# Why does $tr \ e^{-\frac{i}{h}\hat{H}t}= \int d^nr \left< \textbf{r}| e^{-\frac{i}{h}\hat{H}t} | \textbf{r} \right>$ hold?

I would like to consider the trace of the time evolution operator $e^{-\frac{i}{\hbar}\hat{H}t}$

Apparently in single-particle quantum mechanics is can be represented as

$$tr \ e^{-\frac{i}{\hbar}\hat{H}t}= \int d^nr \left< \textbf{r}| e^{-\frac{i}{\hbar}\hat{H}t} | \textbf{r} \right>= \int d^nr K(\textbf{r},\textbf{r},t)$$

The second equality follows from the definition of a propagator but I cannot see how first equality holds.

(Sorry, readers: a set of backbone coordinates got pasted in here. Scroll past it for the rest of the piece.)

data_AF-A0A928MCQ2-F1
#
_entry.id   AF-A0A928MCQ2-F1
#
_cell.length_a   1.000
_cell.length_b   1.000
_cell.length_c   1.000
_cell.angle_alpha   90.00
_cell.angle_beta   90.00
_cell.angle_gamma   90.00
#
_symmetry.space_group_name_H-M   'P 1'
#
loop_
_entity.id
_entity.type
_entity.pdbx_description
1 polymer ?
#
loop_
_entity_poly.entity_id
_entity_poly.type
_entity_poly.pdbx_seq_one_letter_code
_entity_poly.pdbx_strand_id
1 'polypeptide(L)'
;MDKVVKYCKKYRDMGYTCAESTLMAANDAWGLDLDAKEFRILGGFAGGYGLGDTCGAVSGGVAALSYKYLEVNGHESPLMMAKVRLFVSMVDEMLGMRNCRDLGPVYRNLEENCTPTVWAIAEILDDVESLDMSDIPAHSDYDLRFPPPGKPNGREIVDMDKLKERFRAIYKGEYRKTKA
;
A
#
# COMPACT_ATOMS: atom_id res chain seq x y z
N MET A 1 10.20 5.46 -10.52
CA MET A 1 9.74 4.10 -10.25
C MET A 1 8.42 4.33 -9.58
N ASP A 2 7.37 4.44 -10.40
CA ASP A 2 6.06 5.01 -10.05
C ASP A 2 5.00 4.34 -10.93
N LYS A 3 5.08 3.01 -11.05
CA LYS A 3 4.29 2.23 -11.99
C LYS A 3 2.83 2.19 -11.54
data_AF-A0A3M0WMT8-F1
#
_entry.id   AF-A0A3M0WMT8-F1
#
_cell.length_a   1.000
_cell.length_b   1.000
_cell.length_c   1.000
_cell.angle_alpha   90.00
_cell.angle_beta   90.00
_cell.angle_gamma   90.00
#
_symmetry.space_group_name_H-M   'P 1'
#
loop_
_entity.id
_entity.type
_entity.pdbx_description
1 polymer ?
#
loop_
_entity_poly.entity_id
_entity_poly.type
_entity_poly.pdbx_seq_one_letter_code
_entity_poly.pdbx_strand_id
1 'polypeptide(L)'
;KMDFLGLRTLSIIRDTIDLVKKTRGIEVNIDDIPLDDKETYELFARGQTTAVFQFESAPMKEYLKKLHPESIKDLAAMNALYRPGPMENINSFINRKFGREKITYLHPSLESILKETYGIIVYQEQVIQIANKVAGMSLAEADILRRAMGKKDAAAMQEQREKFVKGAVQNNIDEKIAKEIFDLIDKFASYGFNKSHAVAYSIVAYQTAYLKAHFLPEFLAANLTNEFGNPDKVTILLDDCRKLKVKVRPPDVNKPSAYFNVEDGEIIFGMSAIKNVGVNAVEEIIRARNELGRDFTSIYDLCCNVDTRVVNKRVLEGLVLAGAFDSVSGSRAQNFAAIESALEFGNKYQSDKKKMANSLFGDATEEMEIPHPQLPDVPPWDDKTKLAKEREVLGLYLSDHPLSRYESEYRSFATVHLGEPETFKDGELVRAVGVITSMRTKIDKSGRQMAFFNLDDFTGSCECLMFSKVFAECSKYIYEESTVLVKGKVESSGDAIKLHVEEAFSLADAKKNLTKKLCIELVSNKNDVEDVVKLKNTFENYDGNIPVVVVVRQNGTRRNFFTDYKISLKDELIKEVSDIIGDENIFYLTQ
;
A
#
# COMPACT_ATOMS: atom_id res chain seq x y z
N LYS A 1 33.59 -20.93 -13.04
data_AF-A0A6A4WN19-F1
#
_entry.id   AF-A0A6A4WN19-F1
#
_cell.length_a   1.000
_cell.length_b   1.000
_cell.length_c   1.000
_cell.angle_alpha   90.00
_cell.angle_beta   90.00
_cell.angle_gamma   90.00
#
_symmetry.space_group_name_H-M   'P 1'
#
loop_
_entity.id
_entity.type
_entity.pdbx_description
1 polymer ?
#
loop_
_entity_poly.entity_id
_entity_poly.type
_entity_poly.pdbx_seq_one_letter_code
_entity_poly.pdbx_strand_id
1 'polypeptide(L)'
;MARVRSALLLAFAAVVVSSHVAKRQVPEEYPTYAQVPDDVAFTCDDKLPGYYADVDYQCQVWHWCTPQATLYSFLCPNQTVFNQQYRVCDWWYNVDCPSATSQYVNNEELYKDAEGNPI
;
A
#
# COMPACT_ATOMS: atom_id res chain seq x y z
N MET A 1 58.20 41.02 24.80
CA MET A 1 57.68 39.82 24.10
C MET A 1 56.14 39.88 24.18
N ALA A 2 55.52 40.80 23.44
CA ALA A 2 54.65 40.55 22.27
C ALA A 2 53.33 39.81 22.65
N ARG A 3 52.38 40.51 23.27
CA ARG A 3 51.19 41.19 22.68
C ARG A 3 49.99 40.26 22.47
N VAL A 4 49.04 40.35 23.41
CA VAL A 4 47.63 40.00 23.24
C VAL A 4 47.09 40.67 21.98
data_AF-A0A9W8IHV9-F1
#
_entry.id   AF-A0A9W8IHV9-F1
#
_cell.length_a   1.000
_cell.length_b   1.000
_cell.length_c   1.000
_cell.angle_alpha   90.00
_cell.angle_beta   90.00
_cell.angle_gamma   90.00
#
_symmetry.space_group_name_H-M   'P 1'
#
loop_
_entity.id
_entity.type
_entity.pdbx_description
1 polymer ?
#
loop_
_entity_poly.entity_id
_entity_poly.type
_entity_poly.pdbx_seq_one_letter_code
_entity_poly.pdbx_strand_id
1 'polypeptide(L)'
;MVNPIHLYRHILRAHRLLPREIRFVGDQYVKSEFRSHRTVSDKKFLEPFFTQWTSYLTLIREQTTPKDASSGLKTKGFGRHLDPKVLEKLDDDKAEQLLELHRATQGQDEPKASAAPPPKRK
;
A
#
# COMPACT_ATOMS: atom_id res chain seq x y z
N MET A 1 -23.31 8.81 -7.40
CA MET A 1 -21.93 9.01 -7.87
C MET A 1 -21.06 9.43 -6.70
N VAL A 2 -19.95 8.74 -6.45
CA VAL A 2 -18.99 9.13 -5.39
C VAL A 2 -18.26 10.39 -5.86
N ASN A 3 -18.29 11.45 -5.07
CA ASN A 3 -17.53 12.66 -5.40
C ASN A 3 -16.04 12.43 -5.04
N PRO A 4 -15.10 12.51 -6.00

• That's, um, the definition of a trace. – ACuriousMind Mar 9 '15 at 13:34
• Maybe then I cannot see the reasoning behind the definition – Permian Mar 9 '15 at 13:35
• en.wikipedia.org/wiki/Trace_(linear_algebra) – Kyle Kanos Mar 9 '15 at 13:36
• Its clear to me only in the discrete case – Permian Mar 9 '15 at 13:37

In finite-dimensional space, given an orthonormal basis $\lvert e_i \rangle$, the trace is
$$\mathrm{Tr}(A) := \sum_i \langle e_i \rvert A \lvert e_i \rangle$$
• It is very far from obvious. If $e^{-\tau H}$ is compact, trace class, positive (it obviously holds if $H$ is self-adjoint), and admits a $(x,y)$-continuous kernel $K(t,x,y)$ representing it, then the trace can be computed as expected $tr(e^{-\tau H})= \int K(x,x) dx$ as consequence of Mercher's theorem. Then an analytic continuation $\tau \to i t$ should extend the result the real time case... – Valter Moretti Mar 9 '15 at 13:55